I completed the first draft of my transportation planning adventure yesterday. I got 2,500 words written, which brought the final story to about 7,600 words. That is much longer than the 6,000 word story I had planned. I’ll need to edit it down quite a lot.
My brother suggested I read Kathy Reichs’ book Déjà Dead. I’m about a third of the way through.
She has much more description in her writing than I have in my story. I realized was that her descriptions are there to create mood. In the past I have concentrated on film scripts. In film, the mood cues are not needed in the script, since they are added in production or post production.
This causes a problem for my rewrite. If try to edit the story down to 6,000 words, I won’t be able to add any description. I’m not sure I want to expand the story to allow more room for description.
Like my story, The Abattoir Project: A Ken Walker Adventure, I created an outline inspired by the Lester Dent master fiction plot. I replaced the physical confrontations with verbal ones, but otherwise I used the same structure.
Note 2015 May 20: Since the Lester Dent Master Fiction plot keeps vanishing, I added it to one of my blog posts:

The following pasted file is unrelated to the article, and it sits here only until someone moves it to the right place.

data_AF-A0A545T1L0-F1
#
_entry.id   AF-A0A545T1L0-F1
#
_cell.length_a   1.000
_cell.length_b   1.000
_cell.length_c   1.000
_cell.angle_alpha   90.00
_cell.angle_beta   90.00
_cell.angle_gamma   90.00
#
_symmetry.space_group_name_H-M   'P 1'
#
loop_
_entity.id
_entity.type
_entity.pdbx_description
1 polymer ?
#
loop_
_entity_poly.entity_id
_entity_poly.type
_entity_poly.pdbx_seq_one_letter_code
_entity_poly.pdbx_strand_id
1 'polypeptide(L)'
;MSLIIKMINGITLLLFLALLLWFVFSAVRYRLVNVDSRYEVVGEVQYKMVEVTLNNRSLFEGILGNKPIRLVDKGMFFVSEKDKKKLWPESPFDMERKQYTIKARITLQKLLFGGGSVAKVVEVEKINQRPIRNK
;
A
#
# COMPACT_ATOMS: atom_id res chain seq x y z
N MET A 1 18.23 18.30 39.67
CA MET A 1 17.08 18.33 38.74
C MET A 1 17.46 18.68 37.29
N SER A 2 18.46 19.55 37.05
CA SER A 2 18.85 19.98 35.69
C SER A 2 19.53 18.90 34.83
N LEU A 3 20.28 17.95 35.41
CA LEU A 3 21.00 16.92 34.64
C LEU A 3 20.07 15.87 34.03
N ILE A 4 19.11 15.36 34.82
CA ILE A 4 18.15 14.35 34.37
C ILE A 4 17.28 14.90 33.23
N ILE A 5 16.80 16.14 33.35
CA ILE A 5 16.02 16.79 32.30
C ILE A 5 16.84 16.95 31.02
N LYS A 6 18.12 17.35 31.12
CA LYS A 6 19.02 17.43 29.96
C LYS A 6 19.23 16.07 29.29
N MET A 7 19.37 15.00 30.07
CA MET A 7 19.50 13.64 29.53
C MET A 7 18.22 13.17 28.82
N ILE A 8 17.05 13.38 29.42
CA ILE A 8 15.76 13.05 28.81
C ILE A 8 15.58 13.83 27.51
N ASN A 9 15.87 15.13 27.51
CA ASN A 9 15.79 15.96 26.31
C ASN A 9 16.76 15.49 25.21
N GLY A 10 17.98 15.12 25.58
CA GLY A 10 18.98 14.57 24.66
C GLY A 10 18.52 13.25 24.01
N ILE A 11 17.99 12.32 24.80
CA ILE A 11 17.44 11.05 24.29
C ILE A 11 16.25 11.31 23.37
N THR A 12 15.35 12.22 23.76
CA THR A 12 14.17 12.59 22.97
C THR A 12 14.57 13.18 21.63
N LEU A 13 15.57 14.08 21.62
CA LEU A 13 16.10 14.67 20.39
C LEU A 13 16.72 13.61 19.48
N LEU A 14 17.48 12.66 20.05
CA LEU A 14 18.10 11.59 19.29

The outline is broken down into four sections, which are broken down into five “chapters” which are broken down into three “actions”. That gives me 60 actions for the story. While the idea is for each action to be about 100 words, in practice they vary from about 13 to 250. This creates a problem for pacing
Maybe I shouldn’t get too concerned about this. As long as the final story turns out OK, I don’t think it needs to accurately reflect the original outline. It does tell me that I have more to learn about what is needed in the outline. I’m sure that will come as I write more. Even in this second story, I found that I didn’t need to rework the outline while I wrote, like I did with the first story.
I am still worried that the stories won’t engage readers. Hopefully that will come with more experience.